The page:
I put off reading the book until this summer, when Chris’ dad gave me a copy. I tend to be suspicious of commercially successful books, and I think the reason I was so prepared to hate Eat, Pray, Love in particular is because I resented, on some level, the fact that Liz Gilbert, the author, got paid for pouring her heart out.

Our culture likes the idea of sincerity but gets uncomfortable around the real deal. What made this chick’s experience so special? And more so, why can’t someone else finance my spiritual journey? Not that I’m actively on one, but you know, it could happen…

Still, since I’d heard just as many good as bad reviews of the book, I gave it a shot, and I was surprised to find that I really enjoyed it. While I wouldn’t call it a favorite, it was the perfect summer read—some nice brain candy after a particularly tough summer semester.

I can’t say whether I’d have enjoyed the book as much not having just gone to Italy, but I found myself drawn in. Though I recognized places where eye-rolling could take place, I got the impression that Gilbert was also aware of that potential, and I liked that. I also found that passages about her experiences in meditation  gave me the sense that maybe I’m not the only fruitcake out there.

Joan Didion says we tell stories in order to live, and I also like to believe we write to understand. I appreciate the occasional example of this survival and understanding that slips under the commercial wire. True, it takes an established author with a financially sound team behind them most of the time, but hey.

I just saw the movie today with a girlfriend—we went to an 11:00 a.m. showing (Matinees are awesome, by the way. I’m trying to take advantage of my last few weeks of “summer vacation.”) and then to lunch. I’d heard the movie was pretty bad, and while it definitely wasn’t as good as the book, it was an enjoyable way to spend a summer morning.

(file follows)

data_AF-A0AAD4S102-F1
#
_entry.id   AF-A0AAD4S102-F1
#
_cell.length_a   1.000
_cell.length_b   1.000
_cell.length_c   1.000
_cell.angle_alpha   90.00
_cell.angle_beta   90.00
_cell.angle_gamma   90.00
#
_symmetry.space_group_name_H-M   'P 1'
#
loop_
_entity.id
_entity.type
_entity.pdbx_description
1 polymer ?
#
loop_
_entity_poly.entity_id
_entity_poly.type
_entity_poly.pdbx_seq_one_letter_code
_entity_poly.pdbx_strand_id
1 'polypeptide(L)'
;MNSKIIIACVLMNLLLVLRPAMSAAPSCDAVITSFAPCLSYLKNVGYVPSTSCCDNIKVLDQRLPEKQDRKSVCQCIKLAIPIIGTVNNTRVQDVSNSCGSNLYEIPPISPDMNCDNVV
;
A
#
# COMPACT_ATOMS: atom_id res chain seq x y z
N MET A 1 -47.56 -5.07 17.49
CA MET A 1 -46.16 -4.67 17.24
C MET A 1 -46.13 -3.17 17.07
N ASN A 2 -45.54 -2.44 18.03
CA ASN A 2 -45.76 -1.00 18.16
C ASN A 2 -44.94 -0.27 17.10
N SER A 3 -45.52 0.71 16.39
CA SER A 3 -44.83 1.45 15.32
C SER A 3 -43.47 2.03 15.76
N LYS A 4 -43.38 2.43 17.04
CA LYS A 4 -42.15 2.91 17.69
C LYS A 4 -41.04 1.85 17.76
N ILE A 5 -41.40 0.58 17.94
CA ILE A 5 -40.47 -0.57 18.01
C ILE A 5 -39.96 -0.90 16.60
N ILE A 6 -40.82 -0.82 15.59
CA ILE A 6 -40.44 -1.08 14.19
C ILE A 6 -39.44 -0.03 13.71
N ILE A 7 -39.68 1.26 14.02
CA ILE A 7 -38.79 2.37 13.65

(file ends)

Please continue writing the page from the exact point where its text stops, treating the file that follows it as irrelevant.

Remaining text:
There’s one thing I need to comment on, though—why is it still so revolutionary to see a woman enjoying her food? Why all the close-ups of Julia Roberts slurping pasta, moaning over pizza? Would we see that in a movie about a man going on a trip to Italy? Why does she need to defend herself and coax her adorable Swedish friend into eating the pizza in Naples? And what is with that scene where they’re trying desperately to zip up jeans in a dressing room?

I can’t decide whether I’m being too uptight about this. My friend thought it was just funny—the movie made it seemed to be asking who wouldn’t want to roll around a dressing room floor with Julia Roberts, trying to squeeze into “big lady pants?”  It’s still nagging at me, though.

I know that lots of women complain about gaining weight on vacation (or in general) and that maybe this is an attempt at being realistic or helping the audience relate more to the characters, but it bugged me.What’s wrong with just enjoying meals and not talking about how fat you’re afraid of getting? To be fair, in real life, Gilbert was undernourished when she went to Rome (depression will do that), so gaining weight on delicious Italian food was kind of a convenient way to get back to health. All the more reason I find the dressing-room scene and muffin-top discussion unnecessary.

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